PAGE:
As many countries across Europe have been in various degrees of lockdown for a fair few months now, it is no surprise that many people are prioritising their mental and physical health, even if it’s from the confines of their own homes. In many countries gyms and fitness studios have been closed and consumers are travelling and commuting less, all of which is taking a toll on their fitness levels and general wellbeing.

Google Trends shows an increasing search interest for ‘yoga journal’ ('diario de yoga') in Spain, ‘exercise bike’ ('exercise bike) in South Africa, ‘Keto diet’ ('keto dieet') in the Netherlands, and ‘how many calories per day’ ('günde kaç kalori') in Turkey.

Search insights to help you understand consumer needs in uncertain times – 25 May 2020 edition

And, where allowed, consumers are also exploring when and where they can venture outside, with an increase in searches in recent weeks for ‘gym’ (‘gym’) in Finland, where lockdown measures have significantly eased-up, and ‘tennis courts’ ('tennis courts') in the U.K.

4. How people learn: Searches increase for niche ‘how to’ categories

While in some countries in Europe schools are slowly reopening, that doesn’t mean there has been a slowdown in online learning searches. In addition, Google Trends also shows an increasing interest for more niche ‘how to’ categories, as consumers are getting more inventive in their search for new knowledge.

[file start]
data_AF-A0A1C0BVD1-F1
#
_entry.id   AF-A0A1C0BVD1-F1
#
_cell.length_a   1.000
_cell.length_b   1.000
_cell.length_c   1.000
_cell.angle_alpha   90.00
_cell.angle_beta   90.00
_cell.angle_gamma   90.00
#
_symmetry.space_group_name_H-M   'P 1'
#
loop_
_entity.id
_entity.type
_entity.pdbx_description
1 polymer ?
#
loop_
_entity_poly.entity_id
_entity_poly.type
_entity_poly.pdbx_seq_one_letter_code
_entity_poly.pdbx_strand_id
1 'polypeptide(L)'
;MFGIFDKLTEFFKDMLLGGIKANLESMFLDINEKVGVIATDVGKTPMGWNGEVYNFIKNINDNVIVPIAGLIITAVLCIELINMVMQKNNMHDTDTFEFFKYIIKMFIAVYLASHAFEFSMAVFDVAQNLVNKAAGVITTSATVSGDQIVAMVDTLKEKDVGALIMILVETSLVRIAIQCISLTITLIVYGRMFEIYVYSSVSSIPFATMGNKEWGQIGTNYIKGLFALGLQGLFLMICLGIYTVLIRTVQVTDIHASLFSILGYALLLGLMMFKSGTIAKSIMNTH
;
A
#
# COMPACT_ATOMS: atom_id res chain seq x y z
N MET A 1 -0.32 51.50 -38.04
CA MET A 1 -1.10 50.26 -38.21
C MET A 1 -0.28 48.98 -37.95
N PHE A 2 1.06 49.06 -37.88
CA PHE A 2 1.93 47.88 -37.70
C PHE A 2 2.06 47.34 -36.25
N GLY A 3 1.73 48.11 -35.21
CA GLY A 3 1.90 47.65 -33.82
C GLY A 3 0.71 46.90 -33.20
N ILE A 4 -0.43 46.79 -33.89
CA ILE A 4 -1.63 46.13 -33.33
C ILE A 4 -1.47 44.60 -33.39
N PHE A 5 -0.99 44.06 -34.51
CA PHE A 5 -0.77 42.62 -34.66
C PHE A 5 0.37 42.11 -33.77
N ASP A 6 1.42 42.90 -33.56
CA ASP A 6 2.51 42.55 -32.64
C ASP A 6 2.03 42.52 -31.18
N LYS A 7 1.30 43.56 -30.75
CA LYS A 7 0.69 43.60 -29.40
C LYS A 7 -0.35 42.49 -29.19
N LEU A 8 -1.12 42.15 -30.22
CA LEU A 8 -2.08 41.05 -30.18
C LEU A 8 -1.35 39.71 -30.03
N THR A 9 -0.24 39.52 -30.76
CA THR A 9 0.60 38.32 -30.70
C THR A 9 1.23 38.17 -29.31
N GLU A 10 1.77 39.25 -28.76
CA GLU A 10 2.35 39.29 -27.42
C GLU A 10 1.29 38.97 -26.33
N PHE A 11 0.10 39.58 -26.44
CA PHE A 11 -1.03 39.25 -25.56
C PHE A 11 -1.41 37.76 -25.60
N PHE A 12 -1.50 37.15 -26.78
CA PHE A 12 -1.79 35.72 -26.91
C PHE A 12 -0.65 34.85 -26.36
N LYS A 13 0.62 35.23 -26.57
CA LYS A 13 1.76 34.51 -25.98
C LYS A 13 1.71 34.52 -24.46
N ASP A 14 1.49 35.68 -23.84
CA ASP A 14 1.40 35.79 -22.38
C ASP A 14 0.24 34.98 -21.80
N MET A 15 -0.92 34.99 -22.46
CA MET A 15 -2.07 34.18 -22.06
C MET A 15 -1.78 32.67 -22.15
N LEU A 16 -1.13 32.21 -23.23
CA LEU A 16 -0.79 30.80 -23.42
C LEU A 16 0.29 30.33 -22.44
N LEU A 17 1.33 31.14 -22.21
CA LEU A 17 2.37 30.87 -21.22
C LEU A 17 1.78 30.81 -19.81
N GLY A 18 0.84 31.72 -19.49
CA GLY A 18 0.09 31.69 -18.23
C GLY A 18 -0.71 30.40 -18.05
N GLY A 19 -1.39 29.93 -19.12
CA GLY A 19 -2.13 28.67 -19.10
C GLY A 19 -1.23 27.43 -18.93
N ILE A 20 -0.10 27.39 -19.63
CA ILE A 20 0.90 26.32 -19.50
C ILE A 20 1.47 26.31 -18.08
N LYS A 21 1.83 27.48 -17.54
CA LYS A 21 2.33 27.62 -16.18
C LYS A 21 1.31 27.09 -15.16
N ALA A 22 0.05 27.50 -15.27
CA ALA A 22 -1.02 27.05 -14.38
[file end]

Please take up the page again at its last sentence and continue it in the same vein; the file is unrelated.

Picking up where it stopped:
Consumers in Turkey searched for ‘online exam publications’ ('yayınları online') and ‘language learning’, while people in Poland have been searching for ‘home remedies’ ('domowe sposoby'), in the U.K. for ‘how to look after’ tadpoles, orchids, and kittens, and Belgians wanted to know how to care care of their roses (‘rozen verzorgen’).

5. What people do: Change in consumer behaviour and search interest

Across Europe, retail categories such as apparel and consumer electronics are starting to rise to pre-pandemic levels again as people are looking to upgrade their wardrobes and personal electronics.

In recent weeks, consumer behaviour and search interest grew for ‘checkered pants’ (‘ternet bukser’) in Denmark, ‘plus size clothing’ ('ropa tallas grandes') in Spain, ‘sun glasses’ (‘solbriller’) in Norway, ‘bluetooth speaker’ ('bluetooth speaker') in Belgium, and ‘women’s shorts’ (‘shorts dam’) in Sweden.

And on the property front, the real estate category is also on the rise. Google Trends shows a particular increase in search interest for ‘house for sale’ in Belgium ('huis te koop') and France ('maison a vendre'), and ‘house to rent’ ('casas en alquiler') in Spain.

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Explore more consumer search behaviour trends

You can view all our recent trends analyses in our search insights collection. While we provide a regularly updated snapshot of consumer behaviour changes and trends across Europe, we understand it may be helpful to review the information more frequently, or for a specific country or region. To explore further insights, here are 10 tips for using Google Trends. By entering a keyword or a topic into the tool, you can explore what the world is searching for in near real time.